One of the great failings of our education system is the protracted adolescence that apparently extends into the college years for so many students. The interesting aspect of the Colorado State "f*** Bush" mini-"controversy" isn't that some unsophisticated undergrad used the F word, but rather that anyone thinks this situation is some sort of revolution in free speech or the discussion thereof.

College Republicans at Colorado State University collected more than 300 signatures calling on CSU's Board of Student Communications to fire Editor in Chief David McSwane. ...

On Friday, The Rocky Mountain Collegian ran a four-word editorial that read: "Taser this . . . F--- Bush." National radio talk shows, CNN and MSNBC have since buzzed with debate about free-speech rights and the bounds of propriety. ...

But senior journalism major Rachael Martin defended the paper. "I agree that he didn't need to use the f-word," said Martin, who described herself as a Republican.

"But look at what it's done. It's had college students all around the nation talking about freedom of speech for the first time. By no means should he be fired."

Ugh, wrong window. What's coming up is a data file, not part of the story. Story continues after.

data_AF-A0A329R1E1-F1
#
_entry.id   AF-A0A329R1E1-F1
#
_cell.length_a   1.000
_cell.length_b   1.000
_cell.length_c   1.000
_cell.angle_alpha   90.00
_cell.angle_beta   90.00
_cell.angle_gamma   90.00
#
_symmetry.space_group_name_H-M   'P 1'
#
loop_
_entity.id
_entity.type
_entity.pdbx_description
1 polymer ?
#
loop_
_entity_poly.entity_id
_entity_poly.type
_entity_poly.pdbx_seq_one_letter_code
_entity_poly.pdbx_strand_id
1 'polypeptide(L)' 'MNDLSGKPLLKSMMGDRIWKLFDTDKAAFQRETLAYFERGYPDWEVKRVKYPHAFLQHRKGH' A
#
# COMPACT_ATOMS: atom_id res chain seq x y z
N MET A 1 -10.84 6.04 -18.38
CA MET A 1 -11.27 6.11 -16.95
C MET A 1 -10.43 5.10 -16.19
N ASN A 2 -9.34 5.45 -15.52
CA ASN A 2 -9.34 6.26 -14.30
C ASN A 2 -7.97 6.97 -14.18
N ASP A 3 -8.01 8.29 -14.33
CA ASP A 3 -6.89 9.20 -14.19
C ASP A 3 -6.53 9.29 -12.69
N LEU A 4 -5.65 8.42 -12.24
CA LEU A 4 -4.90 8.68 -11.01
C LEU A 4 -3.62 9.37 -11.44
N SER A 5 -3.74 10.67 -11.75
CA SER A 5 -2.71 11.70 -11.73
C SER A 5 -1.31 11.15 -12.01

Real World to College-Fantasyland: Your observations are not profound, your debates have all been had before, and your controversies are generally uninteresting and insubstantial. And our university system should have taught you that by now. If you want to prepare yourself to someday make a substantial contribution to human civilization, then instead of fomenting insipid debates about shallow, meaningless issues you should spend your time learning from the debates and discussions of the past.

Isaac Newton famously wrote, "If I have seen a little further it is by standing on the shoulders of Giants." Our education system needs to teach our students about the giants of the past and help them climb up on their shoulders. Instead, every student is taught to stand alone, deluded into thinking that the world has never seen the likes of their intelligence and rationality and that their every stray thought is a profound revelation of universal truth.

Talk less. Listen more. If you're extremely blessed you may someday have even one single thought that's worth broad dissemination for the betterment of humanity.

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